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Tax 'Rebate' Is Borrowed Money in Disguise

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Tax 'Rebate' Is Borrowed Money in Disguise

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Tax 'Rebate' Is Borrowed Money in Disguise

Tax 'Rebate' Is Borrowed Money in Disguise

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Commentator Marc Acito says the proper response when receiving a gift is to simply say "thank you," whether or not you wanted it. But, he says, it's hard to be grateful for this latest gift from our government. Acito says this "rebate" isn't a gift at all. It's borrowed money, and it's time we started paying it back.

MICHELE NORRIS, Host:

Yesterday, Democrats and the White House reached a deal on a fiscal stimulus package to stave off a U.S. recession. Commentator Marc Acito has been following the news closely. He's no economist but he already has a plan for his stimulus check if he qualifies for one.

NORRIS: My mother taught me that the proper response when receiving a gift is to simply say thank you whether you wanted it or not. But it's hard to be grateful for this latest gift from our government. For starters, whether you get $300 or $1,200, it's either going to put fuel in your Ford or food in your family but not much else.

So what is this stimulus package supposed to be stimulating? This promise of a chicken in every pot is a turkey of an idea. It's the same solution the Bush administration came up with after 9/11. Do your part for our country, not by making sacrifices, but by spending. It's as if the president and Congress were taking financial advice from the Home Shopping Network.

Look, I understand that the standard economic wisdom is that you spend to get out of recession. But one of the reasons we're headed toward recession is because mortgage lenders extended credit to people who couldn't afford it. Day is now night, and up is down. What's more, the last time the government moved this fast, we sanctioned torture. As far as I can make out, the majority of people receiving this so-called rebate don't really need it. And those who do aren't getting it because of the compromise on food stamps and extending unemployment benefits.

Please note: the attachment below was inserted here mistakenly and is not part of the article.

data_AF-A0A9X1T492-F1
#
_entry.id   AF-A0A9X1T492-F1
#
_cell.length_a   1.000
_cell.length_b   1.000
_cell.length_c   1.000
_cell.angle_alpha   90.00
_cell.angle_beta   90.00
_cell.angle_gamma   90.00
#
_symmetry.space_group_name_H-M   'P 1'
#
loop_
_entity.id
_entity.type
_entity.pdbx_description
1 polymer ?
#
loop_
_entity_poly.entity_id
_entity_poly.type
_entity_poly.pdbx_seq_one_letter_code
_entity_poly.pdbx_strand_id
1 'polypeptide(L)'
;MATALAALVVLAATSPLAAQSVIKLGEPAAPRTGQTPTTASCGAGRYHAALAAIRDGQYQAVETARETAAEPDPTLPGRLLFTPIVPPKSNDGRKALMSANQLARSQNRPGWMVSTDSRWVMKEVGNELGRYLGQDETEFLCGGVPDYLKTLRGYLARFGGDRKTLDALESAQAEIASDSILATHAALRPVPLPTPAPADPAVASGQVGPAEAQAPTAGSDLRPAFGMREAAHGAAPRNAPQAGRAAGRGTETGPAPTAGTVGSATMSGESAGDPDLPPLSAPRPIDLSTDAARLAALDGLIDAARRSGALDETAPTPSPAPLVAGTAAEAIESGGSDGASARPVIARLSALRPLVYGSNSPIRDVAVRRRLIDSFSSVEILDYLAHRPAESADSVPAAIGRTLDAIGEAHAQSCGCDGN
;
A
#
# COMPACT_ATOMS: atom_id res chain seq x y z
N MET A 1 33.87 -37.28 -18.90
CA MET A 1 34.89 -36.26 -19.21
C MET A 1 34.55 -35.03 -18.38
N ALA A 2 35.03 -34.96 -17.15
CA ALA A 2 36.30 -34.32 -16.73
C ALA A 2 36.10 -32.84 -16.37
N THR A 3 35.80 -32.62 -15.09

Meanwhile, the national debt is over $9 trillion. That's a 13-digit number, not a lucky one. Divided equally over the United States population, that's over 30,000 each. Now, I know this is going to make me sound nuttier than a hot fudge sundae, but I actually like paying taxes. In fact, I think it's patriotic, even though this country was founded by a bunch of people who didn't want to pay them. Every time I drive on a well-paved road or slow down because I see a police officer, I think, I paid for that. I'm not sure I'm going to qualify for a rebate, but if I do, I'd like to send my check back and ask the government to start paying off my 30 grand.

And if I have to do my patriotic duty by spending to stave off recession, I'm going to try to do it in a way that contributes to the greater good, not the greater greed. I keep waiting for someone in charge to say it, but they don't, so I guess I'll have to. It's time we live within our means, much in the way that going green has been made a virtue, sexy even. Conspicuous consumption needs to be seen as the hollow promise to nowhere that it really is. I know it seems like an antiquated idea, but my father told me to subscribe to the Shakespearean notion, neither a borrower nor a lender be. Both leave you worrying about money. This rebate isn't a gift at all. It's borrowed money, and it's time we started paying it back.

NORRIS: Marc Acito developed his macroeconomic theories by having a micro income. He's also author of the forthcoming book, "Attack of the Theater People." He lives in Portland, Oregon.

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